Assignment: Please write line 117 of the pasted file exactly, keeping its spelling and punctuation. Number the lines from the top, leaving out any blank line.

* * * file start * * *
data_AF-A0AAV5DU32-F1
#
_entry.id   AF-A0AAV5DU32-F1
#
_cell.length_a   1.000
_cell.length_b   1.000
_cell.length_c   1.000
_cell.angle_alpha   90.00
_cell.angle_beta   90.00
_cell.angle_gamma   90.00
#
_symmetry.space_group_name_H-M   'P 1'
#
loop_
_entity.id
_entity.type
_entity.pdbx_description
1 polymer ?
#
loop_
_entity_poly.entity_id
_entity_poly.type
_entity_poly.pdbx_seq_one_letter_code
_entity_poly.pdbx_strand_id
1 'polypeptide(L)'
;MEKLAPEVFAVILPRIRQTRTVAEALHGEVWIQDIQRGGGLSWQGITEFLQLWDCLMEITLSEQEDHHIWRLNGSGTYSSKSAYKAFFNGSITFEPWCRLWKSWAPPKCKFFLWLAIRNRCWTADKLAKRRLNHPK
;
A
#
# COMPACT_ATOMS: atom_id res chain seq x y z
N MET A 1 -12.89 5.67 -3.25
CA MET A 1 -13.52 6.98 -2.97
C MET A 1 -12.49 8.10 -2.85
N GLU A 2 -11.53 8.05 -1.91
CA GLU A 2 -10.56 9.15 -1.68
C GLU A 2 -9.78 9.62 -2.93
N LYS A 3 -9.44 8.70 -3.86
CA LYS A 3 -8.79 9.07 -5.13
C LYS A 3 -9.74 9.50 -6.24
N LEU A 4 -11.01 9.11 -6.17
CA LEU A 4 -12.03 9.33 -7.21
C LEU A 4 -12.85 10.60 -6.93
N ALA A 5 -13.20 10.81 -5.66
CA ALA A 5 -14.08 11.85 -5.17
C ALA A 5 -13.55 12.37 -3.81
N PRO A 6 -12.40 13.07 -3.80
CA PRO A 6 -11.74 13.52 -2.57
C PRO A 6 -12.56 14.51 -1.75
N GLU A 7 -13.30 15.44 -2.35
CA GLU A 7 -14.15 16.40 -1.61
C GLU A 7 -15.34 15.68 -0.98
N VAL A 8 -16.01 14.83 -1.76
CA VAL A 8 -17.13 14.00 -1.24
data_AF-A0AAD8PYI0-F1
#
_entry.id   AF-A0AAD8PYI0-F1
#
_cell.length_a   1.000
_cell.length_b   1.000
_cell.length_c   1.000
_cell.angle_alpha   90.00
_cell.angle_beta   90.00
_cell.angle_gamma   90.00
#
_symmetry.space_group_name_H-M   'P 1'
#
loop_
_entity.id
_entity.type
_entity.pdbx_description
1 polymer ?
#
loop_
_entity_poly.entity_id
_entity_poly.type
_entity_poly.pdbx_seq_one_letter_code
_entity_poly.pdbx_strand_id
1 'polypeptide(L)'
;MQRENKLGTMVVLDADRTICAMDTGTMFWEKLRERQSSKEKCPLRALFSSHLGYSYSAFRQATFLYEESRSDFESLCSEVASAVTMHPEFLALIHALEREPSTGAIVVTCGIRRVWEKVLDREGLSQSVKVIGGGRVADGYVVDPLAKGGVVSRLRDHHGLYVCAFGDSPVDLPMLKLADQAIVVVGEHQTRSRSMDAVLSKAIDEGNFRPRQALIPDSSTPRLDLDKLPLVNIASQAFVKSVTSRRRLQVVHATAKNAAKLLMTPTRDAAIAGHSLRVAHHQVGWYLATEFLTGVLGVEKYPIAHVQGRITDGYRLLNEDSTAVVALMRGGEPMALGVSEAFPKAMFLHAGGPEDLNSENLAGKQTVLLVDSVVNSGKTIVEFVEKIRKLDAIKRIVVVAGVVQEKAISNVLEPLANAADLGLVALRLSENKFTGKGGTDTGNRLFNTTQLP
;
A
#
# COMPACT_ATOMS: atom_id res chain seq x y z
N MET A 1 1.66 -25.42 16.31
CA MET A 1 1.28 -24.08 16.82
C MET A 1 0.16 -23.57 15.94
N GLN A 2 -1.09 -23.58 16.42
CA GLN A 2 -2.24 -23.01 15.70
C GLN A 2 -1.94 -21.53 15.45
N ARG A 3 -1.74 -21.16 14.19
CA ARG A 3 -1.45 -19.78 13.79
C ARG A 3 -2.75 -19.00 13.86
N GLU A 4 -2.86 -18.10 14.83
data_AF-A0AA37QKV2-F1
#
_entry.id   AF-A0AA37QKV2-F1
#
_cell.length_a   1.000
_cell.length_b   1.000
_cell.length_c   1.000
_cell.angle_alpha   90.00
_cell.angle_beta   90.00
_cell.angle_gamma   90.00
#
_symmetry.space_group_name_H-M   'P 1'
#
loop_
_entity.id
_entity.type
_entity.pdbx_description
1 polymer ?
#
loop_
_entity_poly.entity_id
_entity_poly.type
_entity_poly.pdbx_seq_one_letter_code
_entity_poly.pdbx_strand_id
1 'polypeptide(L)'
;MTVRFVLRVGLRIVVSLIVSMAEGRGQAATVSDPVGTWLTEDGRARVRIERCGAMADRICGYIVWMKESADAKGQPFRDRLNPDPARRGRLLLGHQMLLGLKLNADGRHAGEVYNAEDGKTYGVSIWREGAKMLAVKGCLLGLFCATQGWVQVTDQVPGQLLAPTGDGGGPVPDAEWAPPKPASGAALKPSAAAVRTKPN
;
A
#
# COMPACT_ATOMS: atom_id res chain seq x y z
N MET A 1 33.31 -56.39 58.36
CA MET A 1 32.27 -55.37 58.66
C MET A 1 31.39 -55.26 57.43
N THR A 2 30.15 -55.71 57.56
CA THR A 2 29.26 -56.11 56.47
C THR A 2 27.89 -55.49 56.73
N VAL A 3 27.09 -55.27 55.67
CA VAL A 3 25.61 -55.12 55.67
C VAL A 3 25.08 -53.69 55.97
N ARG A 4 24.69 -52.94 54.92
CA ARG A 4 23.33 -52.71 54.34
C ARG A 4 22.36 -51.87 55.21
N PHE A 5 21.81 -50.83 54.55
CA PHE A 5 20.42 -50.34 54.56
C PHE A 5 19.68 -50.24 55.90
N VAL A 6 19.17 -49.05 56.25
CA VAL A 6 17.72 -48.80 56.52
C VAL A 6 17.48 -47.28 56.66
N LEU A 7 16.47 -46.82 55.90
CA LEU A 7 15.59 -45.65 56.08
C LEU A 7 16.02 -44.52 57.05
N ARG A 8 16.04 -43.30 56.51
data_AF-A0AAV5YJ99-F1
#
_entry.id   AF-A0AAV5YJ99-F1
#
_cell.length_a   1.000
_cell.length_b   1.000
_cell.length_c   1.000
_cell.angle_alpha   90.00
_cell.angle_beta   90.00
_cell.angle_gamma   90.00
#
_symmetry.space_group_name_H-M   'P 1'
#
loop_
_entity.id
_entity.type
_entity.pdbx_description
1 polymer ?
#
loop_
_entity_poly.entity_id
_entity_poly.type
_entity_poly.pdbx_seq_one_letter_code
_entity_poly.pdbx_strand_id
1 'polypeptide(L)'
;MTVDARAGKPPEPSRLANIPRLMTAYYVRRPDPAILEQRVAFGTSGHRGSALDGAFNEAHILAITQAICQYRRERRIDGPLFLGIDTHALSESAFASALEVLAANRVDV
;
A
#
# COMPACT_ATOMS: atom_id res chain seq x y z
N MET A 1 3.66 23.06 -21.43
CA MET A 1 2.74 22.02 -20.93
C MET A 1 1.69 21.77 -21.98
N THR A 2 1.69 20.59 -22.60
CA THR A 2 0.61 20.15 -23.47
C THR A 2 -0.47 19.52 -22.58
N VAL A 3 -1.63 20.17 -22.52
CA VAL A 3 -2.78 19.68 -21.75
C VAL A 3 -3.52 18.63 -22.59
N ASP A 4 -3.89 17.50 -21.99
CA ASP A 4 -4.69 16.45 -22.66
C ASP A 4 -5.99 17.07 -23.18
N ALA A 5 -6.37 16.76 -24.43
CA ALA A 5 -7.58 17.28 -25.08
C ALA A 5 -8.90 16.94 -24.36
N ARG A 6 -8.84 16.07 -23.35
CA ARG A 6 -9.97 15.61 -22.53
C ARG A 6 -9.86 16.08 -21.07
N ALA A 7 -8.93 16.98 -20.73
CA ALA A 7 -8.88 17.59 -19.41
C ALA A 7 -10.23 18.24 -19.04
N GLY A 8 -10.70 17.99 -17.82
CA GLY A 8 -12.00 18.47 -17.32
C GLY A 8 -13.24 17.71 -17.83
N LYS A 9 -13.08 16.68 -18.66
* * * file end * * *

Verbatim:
_entity_poly.pdbx_strand_id